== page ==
Friday, November 16, 2018

Emma Jensen’s Wonderful Trilogy of Spy Romances

ENTWINED: Wonderful 1st in Regency Spy Series!

This is the first in a trilogy of Regency romances that involves spies for England during the wars with France. There were 10 spies to begin with (“the Ten”). Some were nobility.

ENTWINED begins in 1810 in Lisbon, as Nathan Paget, Viscount Oriel, and one of the Ten, is discussing the situation in Europe with his close friend Gabriel Loudon, Lord Rievaulx, also a member of the Ten. Nathan is preparing to return to England the next day to wed a woman they both wanted. But the next morning, they are attacked and Nathan returns alone to his country home in Hertfordshire, his fiancé having changed her mind. A year later, he is still suffering from a sword wound to his thigh and attempting to live a normal, if secluded, life. Then Gerard, his former superior, arrives to tell him some of the Ten have been killed; he believes someone is killing the Ten one by one. He asks for Nathan’s help, urging him to return to London.

Meanwhile, a family of Scots from the Isle of Skye has moved into Nathan’s lands. He hires the father, James MacLeod, to be his secretary. Over the next 6 months, Nathan learns all about MacLeod’s five children, including the oldest, 25-year-old intelligent, plain Isobel, who keeps the family together. When James MacLeod steals a bag of gold coins from Nathan and Isobel tries to return it, Nathan meets the honest, candid and observant young woman. She realizes what no one else has—he is blind. (It wasn’t only his leg that was injured; he took a hit to the head.) Nathan decides he will trade Isobel’s father’s freedom and her family’s security for her. He wants her for more than his secretary, however.

The hero is a wonderful combination of warrior gentleman and brooding, wounded aristocrat. Noble and kind of heart, you can’t help but love him for loving Isobel’s character, which is honest and giving. There is something wildly attractive about a man who wants a woman from the first and never leaves off his pursuit of her. Isn’t that what we all want? The heroine, Isobel, is the caretaker for her family, dragging them out of one predicament or another. There isn’t anything she won’t do for them. And Nathan knows it. When offered the choice between continued poverty for them and perhaps jail for her father, and serving the strange Viscount Oriel, she chooses the latter.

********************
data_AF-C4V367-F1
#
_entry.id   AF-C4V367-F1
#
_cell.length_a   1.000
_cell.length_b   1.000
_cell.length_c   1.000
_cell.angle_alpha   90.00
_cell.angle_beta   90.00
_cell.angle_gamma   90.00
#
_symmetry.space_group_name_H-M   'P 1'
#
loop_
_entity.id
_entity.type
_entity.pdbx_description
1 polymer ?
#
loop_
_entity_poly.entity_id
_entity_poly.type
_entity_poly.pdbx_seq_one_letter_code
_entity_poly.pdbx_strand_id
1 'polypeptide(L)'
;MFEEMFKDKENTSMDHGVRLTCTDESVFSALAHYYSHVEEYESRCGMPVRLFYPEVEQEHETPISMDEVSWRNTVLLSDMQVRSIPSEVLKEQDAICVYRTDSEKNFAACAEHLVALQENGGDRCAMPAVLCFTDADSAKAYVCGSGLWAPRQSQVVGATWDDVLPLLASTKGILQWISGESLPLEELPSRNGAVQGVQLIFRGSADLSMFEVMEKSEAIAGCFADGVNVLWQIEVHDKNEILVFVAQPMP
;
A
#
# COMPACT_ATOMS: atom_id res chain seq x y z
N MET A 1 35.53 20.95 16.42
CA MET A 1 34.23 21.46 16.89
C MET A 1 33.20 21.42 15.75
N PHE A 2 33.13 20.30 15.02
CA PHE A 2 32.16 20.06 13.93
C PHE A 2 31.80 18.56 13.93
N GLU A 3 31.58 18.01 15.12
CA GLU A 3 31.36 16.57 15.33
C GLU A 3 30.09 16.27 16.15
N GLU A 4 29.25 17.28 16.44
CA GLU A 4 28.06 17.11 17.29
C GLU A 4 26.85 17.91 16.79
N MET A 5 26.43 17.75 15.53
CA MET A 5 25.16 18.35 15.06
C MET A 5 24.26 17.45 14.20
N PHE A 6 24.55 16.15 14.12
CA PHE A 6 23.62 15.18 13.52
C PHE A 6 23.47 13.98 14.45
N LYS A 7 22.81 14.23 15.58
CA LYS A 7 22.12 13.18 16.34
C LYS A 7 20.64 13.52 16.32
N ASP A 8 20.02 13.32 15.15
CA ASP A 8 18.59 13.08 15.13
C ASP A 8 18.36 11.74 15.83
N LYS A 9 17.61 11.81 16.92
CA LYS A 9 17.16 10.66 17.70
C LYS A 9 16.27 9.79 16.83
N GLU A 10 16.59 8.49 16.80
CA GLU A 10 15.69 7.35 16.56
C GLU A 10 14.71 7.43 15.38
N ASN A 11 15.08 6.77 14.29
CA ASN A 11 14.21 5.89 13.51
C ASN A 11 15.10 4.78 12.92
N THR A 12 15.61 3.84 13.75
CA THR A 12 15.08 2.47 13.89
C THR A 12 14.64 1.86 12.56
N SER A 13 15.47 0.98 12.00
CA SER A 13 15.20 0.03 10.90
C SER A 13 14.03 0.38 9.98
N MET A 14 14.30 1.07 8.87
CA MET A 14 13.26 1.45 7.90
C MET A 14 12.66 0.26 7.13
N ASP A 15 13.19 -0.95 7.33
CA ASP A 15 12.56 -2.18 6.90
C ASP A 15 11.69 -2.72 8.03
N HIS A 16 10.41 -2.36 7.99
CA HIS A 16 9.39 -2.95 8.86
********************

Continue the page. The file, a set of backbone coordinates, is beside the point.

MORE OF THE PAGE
Jensen writes very well and this fascinating story moves along at a good clip. I wasn’t half way through it when I was looking online for the rest in what I was sure had to be a series. I could only find two more of Jensen’s books that seemed to be related: FALLEN and MOONLIT, both written years after ENTWINED. (I have ordered them and will review them, too. If I find more in the series, I’ll amend this review to include them.)

I can recommend this book without reservation. I think you’ll like is as much as I did.

FALLEN: 2nd in the Regency Spy Series, a Scottish love story, does not disappoint!

As ENTWINED begins in 1810, Nathan and his close friend Gabriel Loudon, Earl of Rievaulx, both members of the Ten, are in Lisbon, discussing the situation in Europe as Nathan was preparing to leave for England. The next morning they are attacked; Nathan is severely wounded and Gabriel is believed killed. But Gabriel didn’t die, though he suffered a saber wound to his chest. Now it’s 1812, two years later, and Gabriel (nicknamed the Archangel by his peers) is back in London, a drunken wastrel at 32. But all is not lost. His friend, Nathan, has an assignment for him…to capture the leader of a ring of French spies, L’Ecossais, The Scot.